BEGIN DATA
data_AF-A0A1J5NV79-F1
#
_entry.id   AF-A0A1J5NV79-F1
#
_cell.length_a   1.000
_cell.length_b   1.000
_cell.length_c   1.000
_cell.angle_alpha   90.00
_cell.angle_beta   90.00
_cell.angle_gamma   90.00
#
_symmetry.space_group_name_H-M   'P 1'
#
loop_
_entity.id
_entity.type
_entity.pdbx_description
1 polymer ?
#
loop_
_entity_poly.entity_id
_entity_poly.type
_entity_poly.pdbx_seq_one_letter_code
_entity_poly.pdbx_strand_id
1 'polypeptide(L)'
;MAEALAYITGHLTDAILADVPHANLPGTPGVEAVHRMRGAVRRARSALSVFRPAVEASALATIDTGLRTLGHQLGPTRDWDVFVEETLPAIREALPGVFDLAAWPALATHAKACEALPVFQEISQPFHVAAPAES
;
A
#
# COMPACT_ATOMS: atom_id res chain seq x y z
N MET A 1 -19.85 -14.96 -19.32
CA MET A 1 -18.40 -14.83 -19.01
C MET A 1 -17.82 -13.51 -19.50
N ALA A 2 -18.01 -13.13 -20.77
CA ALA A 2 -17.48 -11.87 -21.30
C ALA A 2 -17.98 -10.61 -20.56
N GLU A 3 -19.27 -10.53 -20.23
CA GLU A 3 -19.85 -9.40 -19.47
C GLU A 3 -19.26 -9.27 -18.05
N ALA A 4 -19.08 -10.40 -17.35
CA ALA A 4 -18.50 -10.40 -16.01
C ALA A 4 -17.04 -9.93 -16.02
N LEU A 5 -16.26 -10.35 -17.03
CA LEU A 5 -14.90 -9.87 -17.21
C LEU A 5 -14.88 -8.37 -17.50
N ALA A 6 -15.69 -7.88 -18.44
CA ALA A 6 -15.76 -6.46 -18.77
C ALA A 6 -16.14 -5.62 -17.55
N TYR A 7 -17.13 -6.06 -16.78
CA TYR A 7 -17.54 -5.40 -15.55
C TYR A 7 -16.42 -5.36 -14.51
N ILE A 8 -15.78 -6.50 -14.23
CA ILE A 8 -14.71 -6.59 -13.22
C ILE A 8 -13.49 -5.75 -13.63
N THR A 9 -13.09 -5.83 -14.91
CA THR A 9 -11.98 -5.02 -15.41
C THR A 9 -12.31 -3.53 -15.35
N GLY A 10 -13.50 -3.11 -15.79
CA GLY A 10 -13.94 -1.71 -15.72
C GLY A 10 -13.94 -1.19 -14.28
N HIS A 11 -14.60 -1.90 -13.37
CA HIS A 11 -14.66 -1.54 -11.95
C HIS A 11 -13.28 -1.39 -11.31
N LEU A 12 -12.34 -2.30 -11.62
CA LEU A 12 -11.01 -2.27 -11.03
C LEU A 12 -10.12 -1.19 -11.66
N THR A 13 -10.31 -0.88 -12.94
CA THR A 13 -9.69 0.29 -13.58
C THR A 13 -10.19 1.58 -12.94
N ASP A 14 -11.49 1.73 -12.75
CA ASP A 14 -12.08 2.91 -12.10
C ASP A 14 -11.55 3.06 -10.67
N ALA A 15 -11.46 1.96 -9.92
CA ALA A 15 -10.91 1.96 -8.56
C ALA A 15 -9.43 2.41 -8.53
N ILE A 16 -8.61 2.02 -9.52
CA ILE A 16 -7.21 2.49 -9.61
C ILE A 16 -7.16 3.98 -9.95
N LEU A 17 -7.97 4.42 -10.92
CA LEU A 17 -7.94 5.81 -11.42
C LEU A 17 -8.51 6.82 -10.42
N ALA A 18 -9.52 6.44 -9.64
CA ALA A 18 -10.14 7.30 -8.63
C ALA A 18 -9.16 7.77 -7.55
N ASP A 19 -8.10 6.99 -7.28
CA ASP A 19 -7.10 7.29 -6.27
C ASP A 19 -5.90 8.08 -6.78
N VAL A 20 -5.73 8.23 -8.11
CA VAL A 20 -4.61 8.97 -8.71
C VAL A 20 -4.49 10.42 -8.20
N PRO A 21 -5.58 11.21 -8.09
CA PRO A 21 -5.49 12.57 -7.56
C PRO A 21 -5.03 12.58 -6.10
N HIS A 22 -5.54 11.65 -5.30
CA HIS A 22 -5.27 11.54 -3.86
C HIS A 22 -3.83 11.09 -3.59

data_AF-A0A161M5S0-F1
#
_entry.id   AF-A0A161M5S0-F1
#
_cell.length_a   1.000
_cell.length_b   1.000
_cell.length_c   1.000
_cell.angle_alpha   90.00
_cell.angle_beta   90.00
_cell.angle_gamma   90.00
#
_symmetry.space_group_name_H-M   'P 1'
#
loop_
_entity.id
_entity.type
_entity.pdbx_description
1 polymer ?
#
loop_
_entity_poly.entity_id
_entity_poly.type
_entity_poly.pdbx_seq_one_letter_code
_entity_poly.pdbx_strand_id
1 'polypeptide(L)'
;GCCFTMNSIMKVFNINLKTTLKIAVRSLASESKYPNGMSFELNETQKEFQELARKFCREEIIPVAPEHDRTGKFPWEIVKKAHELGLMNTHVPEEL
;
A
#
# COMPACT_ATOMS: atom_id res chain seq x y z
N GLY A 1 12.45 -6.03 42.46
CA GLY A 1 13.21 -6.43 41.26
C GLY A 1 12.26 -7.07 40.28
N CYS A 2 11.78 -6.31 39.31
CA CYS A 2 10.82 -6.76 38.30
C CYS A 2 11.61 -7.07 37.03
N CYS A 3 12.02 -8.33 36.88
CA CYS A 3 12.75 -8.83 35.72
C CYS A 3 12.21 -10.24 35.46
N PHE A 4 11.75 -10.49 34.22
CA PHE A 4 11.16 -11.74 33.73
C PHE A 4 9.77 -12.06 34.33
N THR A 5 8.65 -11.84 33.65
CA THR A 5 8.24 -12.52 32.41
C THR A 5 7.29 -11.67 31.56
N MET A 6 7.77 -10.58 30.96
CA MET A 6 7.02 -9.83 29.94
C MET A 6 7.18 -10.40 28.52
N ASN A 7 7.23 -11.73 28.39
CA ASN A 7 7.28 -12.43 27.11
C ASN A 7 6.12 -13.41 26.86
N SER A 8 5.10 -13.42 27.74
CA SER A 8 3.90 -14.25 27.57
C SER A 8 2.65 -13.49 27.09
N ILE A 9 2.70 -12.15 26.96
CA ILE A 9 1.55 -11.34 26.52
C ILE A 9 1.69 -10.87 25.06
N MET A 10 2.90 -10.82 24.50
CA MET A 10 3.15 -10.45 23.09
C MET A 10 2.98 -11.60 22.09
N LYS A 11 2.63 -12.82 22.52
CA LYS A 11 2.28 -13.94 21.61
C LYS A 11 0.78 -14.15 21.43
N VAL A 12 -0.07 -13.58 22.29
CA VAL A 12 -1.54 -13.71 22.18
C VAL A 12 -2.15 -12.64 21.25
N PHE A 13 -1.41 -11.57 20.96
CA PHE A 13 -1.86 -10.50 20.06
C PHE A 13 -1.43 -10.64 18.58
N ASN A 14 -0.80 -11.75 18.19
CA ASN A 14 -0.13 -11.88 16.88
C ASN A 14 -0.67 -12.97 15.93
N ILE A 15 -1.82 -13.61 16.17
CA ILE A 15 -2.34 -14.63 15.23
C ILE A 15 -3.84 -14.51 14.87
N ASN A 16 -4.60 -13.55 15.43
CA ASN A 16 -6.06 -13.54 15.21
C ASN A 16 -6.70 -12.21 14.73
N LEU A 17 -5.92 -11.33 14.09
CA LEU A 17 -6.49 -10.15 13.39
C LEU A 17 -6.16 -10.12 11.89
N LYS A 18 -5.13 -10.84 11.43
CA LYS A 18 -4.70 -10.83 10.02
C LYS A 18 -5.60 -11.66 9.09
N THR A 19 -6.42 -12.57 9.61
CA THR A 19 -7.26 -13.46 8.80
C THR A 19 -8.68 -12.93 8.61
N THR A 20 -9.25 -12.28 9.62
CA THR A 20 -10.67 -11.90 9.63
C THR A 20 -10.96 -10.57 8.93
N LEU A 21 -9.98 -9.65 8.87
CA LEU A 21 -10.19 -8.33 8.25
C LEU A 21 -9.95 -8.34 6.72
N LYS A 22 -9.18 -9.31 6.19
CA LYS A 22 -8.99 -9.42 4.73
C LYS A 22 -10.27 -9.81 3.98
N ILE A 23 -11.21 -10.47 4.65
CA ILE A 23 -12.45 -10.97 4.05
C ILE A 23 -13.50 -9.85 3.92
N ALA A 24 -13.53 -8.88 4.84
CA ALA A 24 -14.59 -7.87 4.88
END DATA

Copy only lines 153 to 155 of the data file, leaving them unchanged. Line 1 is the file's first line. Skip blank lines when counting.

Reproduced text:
C ILE A 9 1.69 -10.87 25.06
N MET A 10 2.90 -10.82 24.50
CA MET A 10 3.15 -10.45 23.09